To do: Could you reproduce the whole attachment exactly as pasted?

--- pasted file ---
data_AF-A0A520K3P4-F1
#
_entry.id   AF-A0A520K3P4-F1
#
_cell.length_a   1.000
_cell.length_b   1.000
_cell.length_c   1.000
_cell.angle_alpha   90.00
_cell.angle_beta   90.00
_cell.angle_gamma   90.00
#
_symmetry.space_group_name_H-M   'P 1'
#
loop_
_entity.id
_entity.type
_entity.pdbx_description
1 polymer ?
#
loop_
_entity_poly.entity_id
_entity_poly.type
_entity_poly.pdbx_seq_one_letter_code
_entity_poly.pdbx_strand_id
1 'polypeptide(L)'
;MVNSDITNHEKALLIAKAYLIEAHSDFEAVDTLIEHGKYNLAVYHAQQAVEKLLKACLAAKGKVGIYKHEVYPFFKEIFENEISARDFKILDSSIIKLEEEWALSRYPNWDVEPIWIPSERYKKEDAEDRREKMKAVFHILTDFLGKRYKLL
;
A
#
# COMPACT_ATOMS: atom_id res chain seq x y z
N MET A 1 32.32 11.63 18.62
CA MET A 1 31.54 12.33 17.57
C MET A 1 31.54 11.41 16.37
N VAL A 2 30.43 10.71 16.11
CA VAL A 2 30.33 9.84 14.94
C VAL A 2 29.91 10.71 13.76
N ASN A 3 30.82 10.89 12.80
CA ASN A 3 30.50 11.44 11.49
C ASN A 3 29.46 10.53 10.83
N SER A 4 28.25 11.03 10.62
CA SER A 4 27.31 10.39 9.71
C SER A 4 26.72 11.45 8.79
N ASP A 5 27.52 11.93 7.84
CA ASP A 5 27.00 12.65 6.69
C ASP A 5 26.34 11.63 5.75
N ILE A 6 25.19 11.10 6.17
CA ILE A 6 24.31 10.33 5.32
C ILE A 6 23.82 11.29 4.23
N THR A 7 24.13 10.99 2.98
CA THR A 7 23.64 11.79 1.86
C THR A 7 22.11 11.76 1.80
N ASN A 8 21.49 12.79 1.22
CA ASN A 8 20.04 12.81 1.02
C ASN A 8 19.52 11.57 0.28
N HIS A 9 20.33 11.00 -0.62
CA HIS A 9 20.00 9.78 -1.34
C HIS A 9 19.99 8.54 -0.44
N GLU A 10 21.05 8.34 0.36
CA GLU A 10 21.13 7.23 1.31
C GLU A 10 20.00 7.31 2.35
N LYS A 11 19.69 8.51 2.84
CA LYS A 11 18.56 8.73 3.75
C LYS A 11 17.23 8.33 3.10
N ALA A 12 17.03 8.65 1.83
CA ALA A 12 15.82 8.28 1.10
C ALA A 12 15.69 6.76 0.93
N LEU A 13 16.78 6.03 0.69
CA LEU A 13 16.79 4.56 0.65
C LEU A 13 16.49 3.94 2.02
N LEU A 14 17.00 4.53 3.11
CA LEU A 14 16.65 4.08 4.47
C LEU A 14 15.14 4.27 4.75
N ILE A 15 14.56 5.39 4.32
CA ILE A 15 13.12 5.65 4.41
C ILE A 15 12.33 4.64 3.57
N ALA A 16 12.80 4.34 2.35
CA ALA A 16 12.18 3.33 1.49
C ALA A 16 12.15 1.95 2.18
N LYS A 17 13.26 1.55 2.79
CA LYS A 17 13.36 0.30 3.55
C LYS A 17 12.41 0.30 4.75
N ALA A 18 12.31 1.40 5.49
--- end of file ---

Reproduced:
data_AF-A0A520K3P4-F1
#
_entry.id   AF-A0A520K3P4-F1
#
_cell.length_a   1.000
_cell.length_b   1.000
_cell.length_c   1.000
_cell.angle_alpha   90.00
_cell.angle_beta   90.00
_cell.angle_gamma   90.00
#
_symmetry.space_group_name_H-M   'P 1'
#
loop_
_entity.id
_entity.type
_entity.pdbx_description
1 polymer ?
#
loop_
_entity_poly.entity_id
_entity_poly.type
_entity_poly.pdbx_seq_one_letter_code
_entity_poly.pdbx_strand_id
1 'polypeptide(L)'
;MVNSDITNHEKALLIAKAYLIEAHSDFEAVDTLIEHGKYNLAVYHAQQAVEKLLKACLAAKGKVGIYKHEVYPFFKEIFENEISARDFKILDSSIIKLEEEWALSRYPNWDVEPIWIPSERYKKEDAEDRREKMKAVFHILTDFLGKRYKLL
;
A
#
# COMPACT_ATOMS: atom_id res chain seq x y z
N MET A 1 32.32 11.63 18.62
CA MET A 1 31.54 12.33 17.57
C MET A 1 31.54 11.41 16.37
N VAL A 2 30.43 10.71 16.11
CA VAL A 2 30.33 9.84 14.94
C VAL A 2 29.91 10.71 13.76
N ASN A 3 30.82 10.89 12.80
CA ASN A 3 30.50 11.44 11.49
C ASN A 3 29.46 10.53 10.83
N SER A 4 28.25 11.03 10.62
CA SER A 4 27.31 10.39 9.71
C SER A 4 26.72 11.45 8.79
N ASP A 5 27.52 11.93 7.84
CA ASP A 5 27.00 12.65 6.69
C ASP A 5 26.34 11.63 5.75
N ILE A 6 25.19 11.10 6.17
CA ILE A 6 24.31 10.33 5.32
C ILE A 6 23.82 11.29 4.23
N THR A 7 24.13 10.99 2.98
CA THR A 7 23.64 11.79 1.86
C THR A 7 22.11 11.76 1.80
N ASN A 8 21.49 12.79 1.22
CA ASN A 8 20.04 12.81 1.02
C ASN A 8 19.52 11.57 0.28
N HIS A 9 20.33 11.00 -0.62
CA HIS A 9 20.00 9.78 -1.34
C HIS A 9 19.99 8.54 -0.44
N GLU A 10 21.05 8.34 0.36
CA GLU A 10 21.13 7.23 1.31
C GLU A 10 20.00 7.31 2.35
N LYS A 11 19.69 8.51 2.84
CA LYS A 11 18.56 8.73 3.75
C LYS A 11 17.23 8.33 3.10
N ALA A 12 17.03 8.65 1.83
CA ALA A 12 15.82 8.28 1.10
C ALA A 12 15.69 6.76 0.93
N LEU A 13 16.78 6.03 0.69
CA LEU A 13 16.79 4.56 0.65
C LEU A 13 16.49 3.94 2.02
N LEU A 14 17.00 4.53 3.11
CA LEU A 14 16.65 4.08 4.47
C LEU A 14 15.14 4.27 4.75
N ILE A 15 14.56 5.39 4.32
CA ILE A 15 13.12 5.65 4.41
C ILE A 15 12.33 4.64 3.57
N ALA A 16 12.80 4.34 2.35
CA ALA A 16 12.18 3.33 1.49
C ALA A 16 12.15 1.95 2.18
N LYS A 17 13.26 1.55 2.79
CA LYS A 17 13.36 0.30 3.55
C LYS A 17 12.41 0.30 4.75
N ALA A 18 12.31 1.40 5.49